After World War II and the 2008 financial crisis, negative interest rates proved to be a valuable tool – when used sparingly. In the wake of the coronavirus pandemic, some countries, such as the United States, opted to steer clear of adopting such methods due to the mixed evidence on whether they really work. 

Who benefits from negative interest rates?

Negative interest rates are arguably seen as a tool against unprecedented economic turmoil, used to boost the economy and create a surge of borrowing by facilitating low rates on lending. The theoretical aim of negative interest rates is to benefit everyone by improving the economy.

What does negative interest rates mean for borrowers?

In theory, negative interest rates mean that savers won’t earn as much interest on their deposits as they once would, but some banks have helped to ease this burden. In countries with negative interest rates, although banks may pass their costs on to savers who hold deposits with them, to date, few banks have done so.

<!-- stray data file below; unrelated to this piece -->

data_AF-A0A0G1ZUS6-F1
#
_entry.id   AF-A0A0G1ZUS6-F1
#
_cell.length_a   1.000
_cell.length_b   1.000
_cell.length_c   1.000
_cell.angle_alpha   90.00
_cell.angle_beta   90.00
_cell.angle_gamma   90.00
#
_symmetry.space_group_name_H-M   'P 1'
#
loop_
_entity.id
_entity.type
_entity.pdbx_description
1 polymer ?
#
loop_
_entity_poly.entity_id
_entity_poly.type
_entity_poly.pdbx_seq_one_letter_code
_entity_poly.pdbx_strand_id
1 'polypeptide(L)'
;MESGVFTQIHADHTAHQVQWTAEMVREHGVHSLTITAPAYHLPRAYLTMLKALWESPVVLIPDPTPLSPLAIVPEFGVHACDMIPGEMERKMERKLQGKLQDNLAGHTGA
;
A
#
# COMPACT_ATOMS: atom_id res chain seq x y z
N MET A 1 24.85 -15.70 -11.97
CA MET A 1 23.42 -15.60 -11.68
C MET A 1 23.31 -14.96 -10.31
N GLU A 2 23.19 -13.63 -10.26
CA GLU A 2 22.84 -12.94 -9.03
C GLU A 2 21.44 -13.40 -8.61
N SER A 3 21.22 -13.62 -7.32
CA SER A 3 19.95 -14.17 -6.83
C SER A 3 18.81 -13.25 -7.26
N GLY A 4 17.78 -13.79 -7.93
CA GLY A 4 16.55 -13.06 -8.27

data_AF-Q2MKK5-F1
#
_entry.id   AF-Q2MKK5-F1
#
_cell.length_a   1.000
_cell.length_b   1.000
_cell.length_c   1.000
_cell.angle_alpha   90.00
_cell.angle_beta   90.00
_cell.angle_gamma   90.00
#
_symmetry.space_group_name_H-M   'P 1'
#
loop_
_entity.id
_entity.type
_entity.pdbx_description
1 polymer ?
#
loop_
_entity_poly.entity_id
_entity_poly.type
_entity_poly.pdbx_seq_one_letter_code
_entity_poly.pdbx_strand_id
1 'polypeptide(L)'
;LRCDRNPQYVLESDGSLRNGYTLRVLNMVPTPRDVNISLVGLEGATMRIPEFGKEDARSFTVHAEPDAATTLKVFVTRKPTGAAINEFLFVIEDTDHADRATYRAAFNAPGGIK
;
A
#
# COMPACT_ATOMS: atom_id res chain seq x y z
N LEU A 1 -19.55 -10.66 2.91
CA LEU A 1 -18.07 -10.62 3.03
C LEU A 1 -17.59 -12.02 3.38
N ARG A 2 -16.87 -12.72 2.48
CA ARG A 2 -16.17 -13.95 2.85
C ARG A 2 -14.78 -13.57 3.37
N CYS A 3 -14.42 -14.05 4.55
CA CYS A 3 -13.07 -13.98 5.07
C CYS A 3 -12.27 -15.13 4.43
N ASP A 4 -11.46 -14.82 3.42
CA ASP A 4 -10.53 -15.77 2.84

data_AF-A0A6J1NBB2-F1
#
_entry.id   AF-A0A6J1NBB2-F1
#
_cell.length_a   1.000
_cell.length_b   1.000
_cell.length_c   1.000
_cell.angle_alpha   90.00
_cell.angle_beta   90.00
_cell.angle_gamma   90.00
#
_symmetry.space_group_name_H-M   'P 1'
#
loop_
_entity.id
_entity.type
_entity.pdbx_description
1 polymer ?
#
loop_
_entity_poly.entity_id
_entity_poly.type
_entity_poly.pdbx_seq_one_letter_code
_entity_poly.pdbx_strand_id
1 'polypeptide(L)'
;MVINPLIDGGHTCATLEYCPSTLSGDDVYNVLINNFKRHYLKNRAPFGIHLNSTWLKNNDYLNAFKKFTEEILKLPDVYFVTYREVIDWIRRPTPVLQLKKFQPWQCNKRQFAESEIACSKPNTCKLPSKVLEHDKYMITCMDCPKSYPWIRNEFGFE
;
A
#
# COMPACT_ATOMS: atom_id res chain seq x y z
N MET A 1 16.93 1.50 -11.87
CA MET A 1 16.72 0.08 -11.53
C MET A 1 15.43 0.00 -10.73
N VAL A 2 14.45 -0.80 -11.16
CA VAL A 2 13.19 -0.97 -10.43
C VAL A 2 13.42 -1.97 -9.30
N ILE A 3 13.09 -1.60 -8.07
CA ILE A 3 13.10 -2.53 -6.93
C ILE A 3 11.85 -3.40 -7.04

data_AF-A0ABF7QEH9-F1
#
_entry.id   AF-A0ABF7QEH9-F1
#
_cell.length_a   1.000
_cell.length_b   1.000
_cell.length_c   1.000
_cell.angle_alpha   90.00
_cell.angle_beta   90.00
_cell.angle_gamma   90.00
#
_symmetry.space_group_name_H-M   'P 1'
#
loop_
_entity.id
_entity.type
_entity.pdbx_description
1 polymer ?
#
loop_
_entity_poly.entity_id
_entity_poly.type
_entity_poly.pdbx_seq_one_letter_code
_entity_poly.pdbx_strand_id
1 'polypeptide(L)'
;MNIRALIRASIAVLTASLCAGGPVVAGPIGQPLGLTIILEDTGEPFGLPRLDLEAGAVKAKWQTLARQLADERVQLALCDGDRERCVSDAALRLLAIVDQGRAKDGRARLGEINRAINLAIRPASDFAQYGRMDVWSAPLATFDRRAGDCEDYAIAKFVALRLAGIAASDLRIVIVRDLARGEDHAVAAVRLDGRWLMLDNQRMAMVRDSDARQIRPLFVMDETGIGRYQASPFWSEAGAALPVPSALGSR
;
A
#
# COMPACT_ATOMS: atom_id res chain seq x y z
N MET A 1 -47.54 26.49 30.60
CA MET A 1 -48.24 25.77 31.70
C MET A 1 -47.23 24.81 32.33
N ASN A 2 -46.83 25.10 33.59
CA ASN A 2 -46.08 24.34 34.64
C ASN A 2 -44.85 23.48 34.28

What might this mean for your savings?

Although the base interest rate in Ireland is not currently negative, it has been on a downward trend over the last few years and is currently 0%. Interest rates on certain savings accounts are low, so you may be wondering where to look for competitive interest rates.

You can guarantee a risk-free return on your deposit by opening savings accounts with a fixed interest rate, such as term deposit accounts. If you have a lump sum you’d like to invest and can afford to lock your money in for a set time, you’re more likely to earn a competitive interest rate. 

At Raisin, we have partnered with banks offering deposit-protected savings accounts that beat interest rates’ downward trend.

Avoid negative interest rates with a savings account at Raisin Bank

To open savings accounts from our partner banks, you first need to open a Raisin Account; then you can apply in just three steps:

  1. Log in to your Raisin Account
  2. Click to apply for a savings account 
  3. Transfer your deposit 

Once your application is approved, simply deposit your savings and start earning money straight away. 

If you’ve got any questions, please contact our Customer Services Team, who will be happy to help.

Sources:

1. https://www.nationalbanken.dk/en/marketinfo/official_interestrates/Pages/Default.aspx

2. Reproduced from https://itfa.org/the-upside-down-world-of-negative-interest-rates-by-giovanni-bartolotta-cro-at-aps-bank-plc-jan-2020/